By Jeffrey Heller
JERUSALEM (Reuters) - Prime Minister Benjamin Netanyahu's ex-deputy said on Tuesday the Israeli leader's attempt to recruit hawkish rebels from former coalition partner Kadima was aimed at boosting cabinet support for striking Iran.
Asked on Army Radio whether he believed such a political deal related to Iran had been in the works, Kadima chief Shaul Mofaz said: "I am saying this with a very heavy heart and with deep foreboding that this is happening in Israel."
A spokeswoman for Netanyahu's right-wing Likud party accused Mofaz of making irresponsible comments on national security.
Tzahi Hanegbi, a defector from centrist Kadima, called Mofaz's allegations fiction aimed at "stirring up fears that Israel is going to take action."
Mofaz served as vice premier for more than two months in the grand coalition that Kadima subsequently left last week in a dispute over formulating a new law that would end blanket military conscription exemptions for ultra-Orthodox Jews.
Four Kadima legislators revolted after the party bolted the government but their bid to rejoin the coalition at Netanyahu's behest failed on Monday when they could not muster the minimum seven defectors required under law to form a new faction.
At a news conference on Monday focusing on Kadima infighting, Mofaz raised eyebrows with a seemingly out-of-context pledge his party "will not embark on any operational adventures that will risk the future of our sons and daughters".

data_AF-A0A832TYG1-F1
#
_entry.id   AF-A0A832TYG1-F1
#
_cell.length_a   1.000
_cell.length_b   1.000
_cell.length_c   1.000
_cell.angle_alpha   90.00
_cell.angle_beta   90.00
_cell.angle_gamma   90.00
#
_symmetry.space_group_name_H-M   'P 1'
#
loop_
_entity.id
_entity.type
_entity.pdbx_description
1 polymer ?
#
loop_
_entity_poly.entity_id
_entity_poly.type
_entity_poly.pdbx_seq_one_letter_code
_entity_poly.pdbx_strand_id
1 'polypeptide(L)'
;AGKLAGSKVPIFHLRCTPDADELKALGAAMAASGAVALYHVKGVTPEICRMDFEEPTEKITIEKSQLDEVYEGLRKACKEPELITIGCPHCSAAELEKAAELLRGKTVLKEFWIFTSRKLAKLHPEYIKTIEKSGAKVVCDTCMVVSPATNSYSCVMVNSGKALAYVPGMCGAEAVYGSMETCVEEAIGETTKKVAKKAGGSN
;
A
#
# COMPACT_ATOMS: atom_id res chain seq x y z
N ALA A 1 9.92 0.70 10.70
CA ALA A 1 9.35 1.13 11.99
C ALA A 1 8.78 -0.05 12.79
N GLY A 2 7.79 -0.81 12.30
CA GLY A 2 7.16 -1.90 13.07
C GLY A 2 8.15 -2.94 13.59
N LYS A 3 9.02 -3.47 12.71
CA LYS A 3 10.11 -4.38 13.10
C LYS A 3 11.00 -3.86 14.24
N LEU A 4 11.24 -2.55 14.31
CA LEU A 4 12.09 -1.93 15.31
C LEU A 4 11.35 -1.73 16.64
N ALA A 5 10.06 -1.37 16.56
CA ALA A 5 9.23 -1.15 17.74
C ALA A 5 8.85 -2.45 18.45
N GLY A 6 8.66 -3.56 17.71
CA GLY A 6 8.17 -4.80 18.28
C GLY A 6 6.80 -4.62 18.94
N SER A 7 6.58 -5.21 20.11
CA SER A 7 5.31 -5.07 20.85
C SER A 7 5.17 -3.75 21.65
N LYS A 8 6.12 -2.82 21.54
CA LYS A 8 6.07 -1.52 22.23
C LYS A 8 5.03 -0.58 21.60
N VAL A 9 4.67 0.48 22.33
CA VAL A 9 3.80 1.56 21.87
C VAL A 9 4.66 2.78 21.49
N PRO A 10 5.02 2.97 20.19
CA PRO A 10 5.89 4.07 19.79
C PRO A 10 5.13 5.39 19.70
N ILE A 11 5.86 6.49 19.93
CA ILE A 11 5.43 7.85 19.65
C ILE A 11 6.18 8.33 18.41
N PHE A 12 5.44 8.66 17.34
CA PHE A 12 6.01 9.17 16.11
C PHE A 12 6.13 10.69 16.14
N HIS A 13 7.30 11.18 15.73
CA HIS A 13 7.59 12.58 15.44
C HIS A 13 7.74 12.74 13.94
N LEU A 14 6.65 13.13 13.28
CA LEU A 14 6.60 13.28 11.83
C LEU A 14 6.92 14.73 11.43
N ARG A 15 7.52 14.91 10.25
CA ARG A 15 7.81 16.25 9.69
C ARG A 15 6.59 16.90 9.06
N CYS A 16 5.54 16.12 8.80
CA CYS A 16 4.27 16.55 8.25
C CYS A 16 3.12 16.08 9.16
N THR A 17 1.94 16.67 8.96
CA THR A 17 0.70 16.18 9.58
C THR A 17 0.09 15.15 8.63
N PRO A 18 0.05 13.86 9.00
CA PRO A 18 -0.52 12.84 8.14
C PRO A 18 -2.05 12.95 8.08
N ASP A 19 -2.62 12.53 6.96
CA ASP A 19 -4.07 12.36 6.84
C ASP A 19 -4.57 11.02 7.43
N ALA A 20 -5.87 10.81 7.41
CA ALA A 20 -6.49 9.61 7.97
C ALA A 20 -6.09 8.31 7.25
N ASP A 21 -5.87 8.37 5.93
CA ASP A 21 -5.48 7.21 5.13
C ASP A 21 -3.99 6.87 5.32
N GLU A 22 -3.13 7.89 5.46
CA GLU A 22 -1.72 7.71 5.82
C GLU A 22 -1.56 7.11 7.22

As a member of Netanyahu's security cabinet, Mofaz was privy to deliberations on Iran's nuclear program, and Israeli media called his comments a clear warning against a rush to unilateral military action.
Asked to clarify his remarks, Mofaz, a former armed forces chief and ex-defense minister, said in the radio interview: "I think any premature strike would be a huge mistake before we see the (sanctions) process through."
He said bringing the Kadima rebels back into the government "would have encouraged" Netanyahu to take military action.
Mofaz's opposition to a unilateral strike any time soon increases the political risks for Netanyahu in his decision-making over Iran, especially if an operation goes wrong and he faces any inquiry over it later.
Opinion polls show most people in Israel, widely believed to be the Middle East's only nuclear power, would oppose any unilateral strike on Iran, which denies Israeli and Western accusations that it intends to develop atomic weapons.
Israel has cautioned that time is running out before Iran achieves a "zone of immunity" in which Israeli bombs cannot penetrate deeply buried uranium enrichment facilities.
In a move that could have a bearing on Israeli decision-making on Iran, Kadima's Hanegbi, a former legislator known in Israel for his hawkish views, jumped on Monday to Likud.
Hanegbi, a former chairman of parliament's foreign affairs and defense committee, has been critical of Western powers' inconclusive talks with Iran and has voiced support for an attack on its nuclear facilities.
Israeli media reports said he could get a cabinet post and lobby other ministers and security chiefs to back a strike. Hanegbi has not commented on his future plans within Likud.